The Mystery of the Blue Seats

Admin Airplanes, Flex Air News

Many mysteries surround aviation. Some of these mysteries go unsolved. Examples of these mysteries include the Bermuda Triangle, questions about what happened to Amelia Earhart, and why were we unable to track the Malaysian MH370 flight. Another less menacing mystery is related to airline seats. Why are the majority of seats in most airlines primarily blue in color?

What is most interesting is that the common deep blue color was not always commonplace on airlines. Today, there are psychological reasons behind why seats are blue.

The color blue is thought to be “calming” by many. This means the color can also give people a sense of well-being.

In addition, there is something called “Color Therapy.” Colour Therapy Healing (note: colour = color; the British spell words funny) explains color therapy by stating, “Color Therapy is a complementary therapy for which there is evidence dating back thousands of years to the ancient cultures of Egypt, China, and India. A color is simply light of varying wavelengths, thus each color has its own particular wavelength and energy.”

According to experts at Colour Psychology, blue is a color that suggests “peace,” and it is the color “of the calm sea and the clear sky, both of which are linked to inner serenity, calm, and clarity. Blue is also shown to slow heart rate and breathing, so it can be a good color to aid in meditation or relaxation.”

The color can also be associated with trustworthiness. Strapped to a seat over 30,000 feet in the air, perhaps this is consumer psychology at its best—the airlines no doubt want their passengers to trust in them.

Tony Schnotala, a practicing therapist who spoke with Flex Air Aviation, admits that he has not studied colors in relation to Psychology in detail. He did say, “However, I have heard that blue is calming, relaxing, and helps you focus. It symbolizes water and sky, so it’s very earth centered and life giving. It may also give a sense of coldness.”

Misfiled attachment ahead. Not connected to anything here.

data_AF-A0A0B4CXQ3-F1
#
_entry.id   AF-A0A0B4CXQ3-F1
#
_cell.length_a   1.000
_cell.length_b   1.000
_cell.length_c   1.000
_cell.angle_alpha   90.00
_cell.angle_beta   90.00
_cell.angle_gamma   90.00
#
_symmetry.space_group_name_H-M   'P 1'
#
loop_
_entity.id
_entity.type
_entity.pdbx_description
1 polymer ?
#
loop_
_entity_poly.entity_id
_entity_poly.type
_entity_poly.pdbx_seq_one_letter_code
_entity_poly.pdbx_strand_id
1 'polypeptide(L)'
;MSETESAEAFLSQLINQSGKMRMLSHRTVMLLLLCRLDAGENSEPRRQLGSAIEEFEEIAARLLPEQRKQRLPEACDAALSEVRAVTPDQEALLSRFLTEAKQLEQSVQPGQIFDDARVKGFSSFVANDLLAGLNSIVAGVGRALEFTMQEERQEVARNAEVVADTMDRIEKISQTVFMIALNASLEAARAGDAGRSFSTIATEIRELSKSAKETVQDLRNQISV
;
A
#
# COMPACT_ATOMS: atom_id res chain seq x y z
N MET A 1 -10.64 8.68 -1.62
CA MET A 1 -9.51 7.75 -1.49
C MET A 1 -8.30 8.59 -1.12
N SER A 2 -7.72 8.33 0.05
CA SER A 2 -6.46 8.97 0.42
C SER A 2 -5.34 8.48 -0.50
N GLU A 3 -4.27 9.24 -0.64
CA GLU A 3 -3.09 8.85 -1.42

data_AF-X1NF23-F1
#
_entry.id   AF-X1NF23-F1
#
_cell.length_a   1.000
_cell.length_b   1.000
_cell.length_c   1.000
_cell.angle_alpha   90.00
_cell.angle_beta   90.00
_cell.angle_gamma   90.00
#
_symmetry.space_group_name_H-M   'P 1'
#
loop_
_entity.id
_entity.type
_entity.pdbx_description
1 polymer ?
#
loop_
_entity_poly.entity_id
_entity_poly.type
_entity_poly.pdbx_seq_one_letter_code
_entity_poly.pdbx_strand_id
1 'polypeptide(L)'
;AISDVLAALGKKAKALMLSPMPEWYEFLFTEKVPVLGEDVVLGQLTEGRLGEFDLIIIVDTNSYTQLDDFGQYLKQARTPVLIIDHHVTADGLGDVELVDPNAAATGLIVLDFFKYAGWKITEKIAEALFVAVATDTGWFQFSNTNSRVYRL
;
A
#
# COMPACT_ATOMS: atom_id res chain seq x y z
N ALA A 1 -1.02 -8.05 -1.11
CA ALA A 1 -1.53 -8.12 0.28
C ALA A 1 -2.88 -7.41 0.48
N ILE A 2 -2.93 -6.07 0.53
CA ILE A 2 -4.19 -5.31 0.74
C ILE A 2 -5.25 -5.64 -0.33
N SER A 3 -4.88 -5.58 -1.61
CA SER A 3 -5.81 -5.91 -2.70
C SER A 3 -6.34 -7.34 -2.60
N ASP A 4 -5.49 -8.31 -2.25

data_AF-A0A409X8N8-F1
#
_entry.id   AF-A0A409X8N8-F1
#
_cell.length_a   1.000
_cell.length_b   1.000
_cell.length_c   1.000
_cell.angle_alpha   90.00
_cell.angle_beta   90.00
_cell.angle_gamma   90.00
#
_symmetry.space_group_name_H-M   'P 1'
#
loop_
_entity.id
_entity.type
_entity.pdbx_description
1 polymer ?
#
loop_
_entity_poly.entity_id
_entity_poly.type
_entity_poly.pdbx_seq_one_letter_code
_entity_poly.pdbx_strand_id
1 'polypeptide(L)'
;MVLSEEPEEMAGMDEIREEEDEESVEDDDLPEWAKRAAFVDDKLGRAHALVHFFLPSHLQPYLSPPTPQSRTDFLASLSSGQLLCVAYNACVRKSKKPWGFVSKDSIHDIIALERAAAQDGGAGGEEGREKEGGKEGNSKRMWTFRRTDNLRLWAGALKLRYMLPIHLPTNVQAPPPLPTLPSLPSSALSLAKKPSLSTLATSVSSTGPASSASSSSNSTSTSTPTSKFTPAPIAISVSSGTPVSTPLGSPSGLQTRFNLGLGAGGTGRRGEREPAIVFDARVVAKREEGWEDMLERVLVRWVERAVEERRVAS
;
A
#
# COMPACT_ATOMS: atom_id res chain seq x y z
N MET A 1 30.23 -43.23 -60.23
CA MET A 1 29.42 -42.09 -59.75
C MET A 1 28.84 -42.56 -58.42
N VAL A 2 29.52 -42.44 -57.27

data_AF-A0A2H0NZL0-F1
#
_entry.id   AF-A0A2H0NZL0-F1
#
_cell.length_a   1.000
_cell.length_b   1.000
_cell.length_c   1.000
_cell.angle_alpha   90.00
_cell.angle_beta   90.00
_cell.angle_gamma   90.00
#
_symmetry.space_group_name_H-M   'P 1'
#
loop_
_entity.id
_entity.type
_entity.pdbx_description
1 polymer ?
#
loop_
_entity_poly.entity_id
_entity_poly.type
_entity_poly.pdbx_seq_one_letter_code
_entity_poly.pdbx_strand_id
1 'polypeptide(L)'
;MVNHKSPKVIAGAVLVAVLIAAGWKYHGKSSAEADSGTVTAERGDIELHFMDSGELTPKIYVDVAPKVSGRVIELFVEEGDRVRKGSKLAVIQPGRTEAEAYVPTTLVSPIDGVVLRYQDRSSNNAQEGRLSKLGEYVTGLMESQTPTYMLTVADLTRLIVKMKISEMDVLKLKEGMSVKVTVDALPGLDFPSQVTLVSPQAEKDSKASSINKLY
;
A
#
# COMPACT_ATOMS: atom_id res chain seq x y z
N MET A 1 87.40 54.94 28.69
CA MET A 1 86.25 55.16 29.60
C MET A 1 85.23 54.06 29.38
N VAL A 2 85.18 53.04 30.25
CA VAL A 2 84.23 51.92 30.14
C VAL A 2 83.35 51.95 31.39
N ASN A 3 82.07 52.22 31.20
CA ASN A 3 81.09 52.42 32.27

What Schnotala is referring to is the temperature coldness. Similarly, the website Popular Science performed a study by giving people the same fizzy drink in different glasses. Close to 48% of the people in the study thought that the drink in a blue glass would be more thirst quenching because it would be colder.

Blue seats were not always a part of aviation. In the earlier days, airline seats were earthy colors such as brown or gray. Interestingly enough these colors were thought to calm passengers. The 1970s replaced these colors with bright colors, using red and orange seats on airlines. These colors are associated with hostility and anger.

As a result, the blue colors became common in seats (sometimes gray is used on some airplanes). The color was not only thought to be more calming but to produce a business tone. It is noted that airlines such as Austrian Airlines, Singapore Airlines, and Emirates still use soft colors on seats.

While all of this may not be conclusive proof about why airlines use blue as their primary seat color choice, it does leave much to think about. With many psychological resources saying the same thing, is it a coincidence or an accident? Or are the seat color choices related to consumer psychology?